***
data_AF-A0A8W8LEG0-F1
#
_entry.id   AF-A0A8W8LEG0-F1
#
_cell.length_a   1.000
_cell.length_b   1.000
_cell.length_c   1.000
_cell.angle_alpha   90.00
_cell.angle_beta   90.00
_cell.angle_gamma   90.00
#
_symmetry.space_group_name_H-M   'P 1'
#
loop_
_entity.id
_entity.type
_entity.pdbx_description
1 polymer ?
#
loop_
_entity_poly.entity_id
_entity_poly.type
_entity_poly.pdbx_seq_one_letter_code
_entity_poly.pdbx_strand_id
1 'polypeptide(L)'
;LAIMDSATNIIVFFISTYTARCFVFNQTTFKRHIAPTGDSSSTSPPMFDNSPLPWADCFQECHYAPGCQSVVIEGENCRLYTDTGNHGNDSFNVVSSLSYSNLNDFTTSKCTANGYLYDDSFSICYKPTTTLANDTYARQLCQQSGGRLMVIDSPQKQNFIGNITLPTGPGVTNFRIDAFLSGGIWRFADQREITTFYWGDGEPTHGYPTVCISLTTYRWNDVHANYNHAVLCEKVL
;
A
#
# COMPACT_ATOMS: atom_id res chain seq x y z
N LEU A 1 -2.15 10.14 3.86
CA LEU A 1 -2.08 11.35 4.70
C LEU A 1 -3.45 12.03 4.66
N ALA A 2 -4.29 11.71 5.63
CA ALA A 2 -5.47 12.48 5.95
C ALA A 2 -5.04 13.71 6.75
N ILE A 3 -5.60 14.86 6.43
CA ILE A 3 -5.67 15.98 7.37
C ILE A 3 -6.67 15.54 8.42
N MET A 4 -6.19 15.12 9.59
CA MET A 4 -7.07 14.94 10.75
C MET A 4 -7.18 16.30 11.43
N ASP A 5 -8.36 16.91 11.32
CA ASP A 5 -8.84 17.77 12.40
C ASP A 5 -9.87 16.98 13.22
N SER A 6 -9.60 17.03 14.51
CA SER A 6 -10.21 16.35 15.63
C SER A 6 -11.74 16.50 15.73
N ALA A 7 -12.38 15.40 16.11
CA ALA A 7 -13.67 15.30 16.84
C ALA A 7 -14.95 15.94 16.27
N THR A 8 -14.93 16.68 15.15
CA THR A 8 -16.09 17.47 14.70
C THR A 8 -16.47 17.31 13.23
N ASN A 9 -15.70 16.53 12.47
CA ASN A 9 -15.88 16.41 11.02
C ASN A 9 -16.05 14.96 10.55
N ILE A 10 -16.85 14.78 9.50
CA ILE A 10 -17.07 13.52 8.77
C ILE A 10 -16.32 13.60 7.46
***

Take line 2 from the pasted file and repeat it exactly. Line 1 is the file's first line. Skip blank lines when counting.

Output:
#